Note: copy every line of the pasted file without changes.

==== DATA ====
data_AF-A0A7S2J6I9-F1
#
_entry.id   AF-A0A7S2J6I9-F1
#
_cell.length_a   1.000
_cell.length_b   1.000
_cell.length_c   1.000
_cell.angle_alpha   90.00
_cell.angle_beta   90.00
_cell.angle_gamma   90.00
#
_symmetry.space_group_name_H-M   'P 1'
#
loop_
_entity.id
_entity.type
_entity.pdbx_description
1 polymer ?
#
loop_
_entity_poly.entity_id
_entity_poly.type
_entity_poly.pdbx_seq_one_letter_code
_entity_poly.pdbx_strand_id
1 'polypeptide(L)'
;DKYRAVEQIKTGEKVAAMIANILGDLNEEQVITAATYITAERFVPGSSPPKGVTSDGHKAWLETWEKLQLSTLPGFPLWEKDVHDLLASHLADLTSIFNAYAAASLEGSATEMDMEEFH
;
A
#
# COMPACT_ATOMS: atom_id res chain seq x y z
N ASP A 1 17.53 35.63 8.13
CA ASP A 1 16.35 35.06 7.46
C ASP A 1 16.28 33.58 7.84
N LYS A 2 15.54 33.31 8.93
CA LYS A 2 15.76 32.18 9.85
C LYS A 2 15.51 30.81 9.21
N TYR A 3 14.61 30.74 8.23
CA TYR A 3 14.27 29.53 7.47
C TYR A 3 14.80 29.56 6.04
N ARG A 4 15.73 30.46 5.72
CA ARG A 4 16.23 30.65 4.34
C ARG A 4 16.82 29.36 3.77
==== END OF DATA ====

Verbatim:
data_AF-A0A7S2J6I9-F1
#
_entry.id   AF-A0A7S2J6I9-F1
#
_cell.length_a   1.000
_cell.length_b   1.000
_cell.length_c   1.000
_cell.angle_alpha   90.00
_cell.angle_beta   90.00
_cell.angle_gamma   90.00
#
_symmetry.space_group_name_H-M   'P 1'
#
loop_
_entity.id
_entity.type
_entity.pdbx_description
1 polymer ?
#
loop_
_entity_poly.entity_id
_entity_poly.type
_entity_poly.pdbx_seq_one_letter_code
_entity_poly.pdbx_strand_id
1 'polypeptide(L)'
;DKYRAVEQIKTGEKVAAMIANILGDLNEEQVITAATYITAERFVPGSSPPKGVTSDGHKAWLETWEKLQLSTLPGFPLWEKDVHDLLASHLADLTSIFNAYAAASLEGSATEMDMEEFH
;
A
#
# COMPACT_ATOMS: atom_id res chain seq x y z
N ASP A 1 17.53 35.63 8.13
CA ASP A 1 16.35 35.06 7.46
C ASP A 1 16.28 33.58 7.84
N LYS A 2 15.54 33.31 8.93
CA LYS A 2 15.76 32.18 9.85
C LYS A 2 15.51 30.81 9.21
N TYR A 3 14.61 30.74 8.23
CA TYR A 3 14.27 29.53 7.47
C TYR A 3 14.80 29.56 6.04
N ARG A 4 15.73 30.46 5.72
CA ARG A 4 16.23 30.65 4.34
C ARG A 4 16.82 29.36 3.77